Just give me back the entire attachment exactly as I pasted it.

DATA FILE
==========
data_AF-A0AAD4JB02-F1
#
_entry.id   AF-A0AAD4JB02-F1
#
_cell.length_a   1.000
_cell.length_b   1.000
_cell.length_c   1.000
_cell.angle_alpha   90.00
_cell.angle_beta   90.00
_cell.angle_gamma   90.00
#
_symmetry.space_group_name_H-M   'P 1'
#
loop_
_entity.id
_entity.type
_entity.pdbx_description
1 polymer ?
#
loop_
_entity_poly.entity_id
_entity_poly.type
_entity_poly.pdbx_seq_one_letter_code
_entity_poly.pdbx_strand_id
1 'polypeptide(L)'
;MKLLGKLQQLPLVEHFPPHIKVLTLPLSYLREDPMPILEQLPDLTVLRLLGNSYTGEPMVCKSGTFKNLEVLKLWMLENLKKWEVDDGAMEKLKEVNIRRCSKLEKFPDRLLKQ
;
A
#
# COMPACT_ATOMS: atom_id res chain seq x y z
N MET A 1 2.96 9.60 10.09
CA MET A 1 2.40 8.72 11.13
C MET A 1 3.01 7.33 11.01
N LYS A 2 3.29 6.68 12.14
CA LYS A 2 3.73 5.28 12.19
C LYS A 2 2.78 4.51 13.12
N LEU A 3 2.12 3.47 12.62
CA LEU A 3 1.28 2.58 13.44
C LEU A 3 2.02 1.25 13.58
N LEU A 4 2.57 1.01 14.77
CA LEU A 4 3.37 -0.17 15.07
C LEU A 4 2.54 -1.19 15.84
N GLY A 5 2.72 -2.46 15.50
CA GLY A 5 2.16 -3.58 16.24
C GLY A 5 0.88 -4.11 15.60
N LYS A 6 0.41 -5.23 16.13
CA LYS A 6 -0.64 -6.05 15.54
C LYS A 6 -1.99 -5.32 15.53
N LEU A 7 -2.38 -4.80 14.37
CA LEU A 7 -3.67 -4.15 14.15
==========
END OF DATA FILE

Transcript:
data_AF-A0AAD4JB02-F1
#
_entry.id   AF-A0AAD4JB02-F1
#
_cell.length_a   1.000
_cell.length_b   1.000
_cell.length_c   1.000
_cell.angle_alpha   90.00
_cell.angle_beta   90.00
_cell.angle_gamma   90.00
#
_symmetry.space_group_name_H-M   'P 1'
#
loop_
_entity.id
_entity.type
_entity.pdbx_description
1 polymer ?
#
loop_
_entity_poly.entity_id
_entity_poly.type
_entity_poly.pdbx_seq_one_letter_code
_entity_poly.pdbx_strand_id
1 'polypeptide(L)'
;MKLLGKLQQLPLVEHFPPHIKVLTLPLSYLREDPMPILEQLPDLTVLRLLGNSYTGEPMVCKSGTFKNLEVLKLWMLENLKKWEVDDGAMEKLKEVNIRRCSKLEKFPDRLLKQ
;
A
#
# COMPACT_ATOMS: atom_id res chain seq x y z
N MET A 1 2.96 9.60 10.09
CA MET A 1 2.40 8.72 11.13
C MET A 1 3.01 7.33 11.01
N LYS A 2 3.29 6.68 12.14
CA LYS A 2 3.73 5.28 12.19
C LYS A 2 2.78 4.51 13.12
N LEU A 3 2.12 3.47 12.62
CA LEU A 3 1.28 2.58 13.44
C LEU A 3 2.02 1.25 13.58
N LEU A 4 2.57 1.01 14.77
CA LEU A 4 3.37 -0.17 15.07
C LEU A 4 2.54 -1.19 15.84
N GLY A 5 2.72 -2.46 15.50
CA GLY A 5 2.16 -3.58 16.24
C GLY A 5 0.88 -4.11 15.60
N LYS A 6 0.41 -5.23 16.13
CA LYS A 6 -0.64 -6.05 15.54
C LYS A 6 -1.99 -5.32 15.53
N LEU A 7 -2.38 -4.80 14.37
CA LEU A 7 -3.67 -4.15 14.15